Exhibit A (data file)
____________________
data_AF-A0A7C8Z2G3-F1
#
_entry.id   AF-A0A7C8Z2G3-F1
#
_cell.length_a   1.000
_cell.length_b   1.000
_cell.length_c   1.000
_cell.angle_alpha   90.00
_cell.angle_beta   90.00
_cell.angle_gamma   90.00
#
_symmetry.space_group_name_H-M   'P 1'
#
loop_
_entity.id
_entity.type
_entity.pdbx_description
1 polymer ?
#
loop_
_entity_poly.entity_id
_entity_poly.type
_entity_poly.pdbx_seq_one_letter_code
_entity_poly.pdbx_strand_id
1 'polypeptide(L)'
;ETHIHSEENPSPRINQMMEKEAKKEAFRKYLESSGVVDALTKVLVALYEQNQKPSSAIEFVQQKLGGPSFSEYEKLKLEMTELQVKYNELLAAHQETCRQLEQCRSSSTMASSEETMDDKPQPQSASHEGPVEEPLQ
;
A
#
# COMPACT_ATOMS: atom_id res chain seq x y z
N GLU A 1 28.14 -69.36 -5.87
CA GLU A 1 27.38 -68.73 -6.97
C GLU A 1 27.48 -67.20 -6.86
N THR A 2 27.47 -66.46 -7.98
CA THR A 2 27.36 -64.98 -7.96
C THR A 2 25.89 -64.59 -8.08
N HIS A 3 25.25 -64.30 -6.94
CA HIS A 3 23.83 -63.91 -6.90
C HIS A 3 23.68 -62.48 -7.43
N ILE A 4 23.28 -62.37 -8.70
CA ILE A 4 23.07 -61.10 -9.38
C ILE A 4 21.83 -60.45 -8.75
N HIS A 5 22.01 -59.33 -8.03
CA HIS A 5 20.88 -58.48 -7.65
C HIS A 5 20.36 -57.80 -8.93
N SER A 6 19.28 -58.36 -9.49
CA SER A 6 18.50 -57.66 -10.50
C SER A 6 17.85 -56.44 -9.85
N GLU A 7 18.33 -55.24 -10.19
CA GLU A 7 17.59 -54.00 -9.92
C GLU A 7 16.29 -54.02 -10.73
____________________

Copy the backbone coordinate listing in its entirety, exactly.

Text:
data_AF-A0A7C8Z2G3-F1
#
_entry.id   AF-A0A7C8Z2G3-F1
#
_cell.length_a   1.000
_cell.length_b   1.000
_cell.length_c   1.000
_cell.angle_alpha   90.00
_cell.angle_beta   90.00
_cell.angle_gamma   90.00
#
_symmetry.space_group_name_H-M   'P 1'
#
loop_
_entity.id
_entity.type
_entity.pdbx_description
1 polymer ?
#
loop_
_entity_poly.entity_id
_entity_poly.type
_entity_poly.pdbx_seq_one_letter_code
_entity_poly.pdbx_strand_id
1 'polypeptide(L)'
;ETHIHSEENPSPRINQMMEKEAKKEAFRKYLESSGVVDALTKVLVALYEQNQKPSSAIEFVQQKLGGPSFSEYEKLKLEMTELQVKYNELLAAHQETCRQLEQCRSSSTMASSEETMDDKPQPQSASHEGPVEEPLQ
;
A
#
# COMPACT_ATOMS: atom_id res chain seq x y z
N GLU A 1 28.14 -69.36 -5.87
CA GLU A 1 27.38 -68.73 -6.97
C GLU A 1 27.48 -67.20 -6.86
N THR A 2 27.47 -66.46 -7.98
CA THR A 2 27.36 -64.98 -7.96
C THR A 2 25.89 -64.59 -8.08
N HIS A 3 25.25 -64.30 -6.94
CA HIS A 3 23.83 -63.91 -6.90
C HIS A 3 23.68 -62.48 -7.43
N ILE A 4 23.28 -62.37 -8.70
CA ILE A 4 23.07 -61.10 -9.38
C ILE A 4 21.83 -60.45 -8.75
N HIS A 5 22.01 -59.33 -8.03
CA HIS A 5 20.88 -58.48 -7.65
C HIS A 5 20.36 -57.80 -8.93
N SER A 6 19.28 -58.36 -9.49
CA SER A 6 18.50 -57.66 -10.50
C SER A 6 17.85 -56.44 -9.85
N GLU A 7 18.33 -55.24 -10.19
CA GLU A 7 17.59 -54.00 -9.92
C GLU A 7 16.29 -54.02 -10.73